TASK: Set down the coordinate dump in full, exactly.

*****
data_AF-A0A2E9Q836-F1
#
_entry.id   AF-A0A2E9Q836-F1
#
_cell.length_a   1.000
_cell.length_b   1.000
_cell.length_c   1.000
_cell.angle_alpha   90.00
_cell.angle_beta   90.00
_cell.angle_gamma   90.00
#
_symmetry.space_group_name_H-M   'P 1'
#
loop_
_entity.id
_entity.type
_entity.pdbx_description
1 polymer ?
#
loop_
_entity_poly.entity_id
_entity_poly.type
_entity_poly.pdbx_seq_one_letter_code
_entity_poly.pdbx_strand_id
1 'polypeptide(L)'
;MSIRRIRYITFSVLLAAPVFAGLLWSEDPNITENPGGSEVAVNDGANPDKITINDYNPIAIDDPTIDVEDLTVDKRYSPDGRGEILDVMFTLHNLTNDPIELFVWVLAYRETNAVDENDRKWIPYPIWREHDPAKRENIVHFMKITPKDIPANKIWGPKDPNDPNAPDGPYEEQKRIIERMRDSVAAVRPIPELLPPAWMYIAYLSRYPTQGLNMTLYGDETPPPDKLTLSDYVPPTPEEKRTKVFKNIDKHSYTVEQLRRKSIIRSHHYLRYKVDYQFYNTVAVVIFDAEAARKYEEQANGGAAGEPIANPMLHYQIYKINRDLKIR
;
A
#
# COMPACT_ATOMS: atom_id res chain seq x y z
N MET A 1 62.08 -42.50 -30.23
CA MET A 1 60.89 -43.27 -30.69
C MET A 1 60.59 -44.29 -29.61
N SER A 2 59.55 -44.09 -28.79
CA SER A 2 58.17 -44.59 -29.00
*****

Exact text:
data_AF-A0A2E9Q836-F1
#
_entry.id   AF-A0A2E9Q836-F1
#
_cell.length_a   1.000
_cell.length_b   1.000
_cell.length_c   1.000
_cell.angle_alpha   90.00
_cell.angle_beta   90.00
_cell.angle_gamma   90.00
#
_symmetry.space_group_name_H-M   'P 1'
#
loop_
_entity.id
_entity.type
_entity.pdbx_description
1 polymer ?
#
loop_
_entity_poly.entity_id
_entity_poly.type
_entity_poly.pdbx_seq_one_letter_code
_entity_poly.pdbx_strand_id
1 'polypeptide(L)'
;MSIRRIRYITFSVLLAAPVFAGLLWSEDPNITENPGGSEVAVNDGANPDKITINDYNPIAIDDPTIDVEDLTVDKRYSPDGRGEILDVMFTLHNLTNDPIELFVWVLAYRETNAVDENDRKWIPYPIWREHDPAKRENIVHFMKITPKDIPANKIWGPKDPNDPNAPDGPYEEQKRIIERMRDSVAAVRPIPELLPPAWMYIAYLSRYPTQGLNMTLYGDETPPPDKLTLSDYVPPTPEEKRTKVFKNIDKHSYTVEQLRRKSIIRSHHYLRYKVDYQFYNTVAVVIFDAEAARKYEEQANGGAAGEPIANPMLHYQIYKINRDLKIR
;
A
#
# COMPACT_ATOMS: atom_id res chain seq x y z
N MET A 1 62.08 -42.50 -30.23
CA MET A 1 60.89 -43.27 -30.69
C MET A 1 60.59 -44.29 -29.61
N SER A 2 59.55 -44.09 -28.79
CA SER A 2 58.17 -44.59 -29.00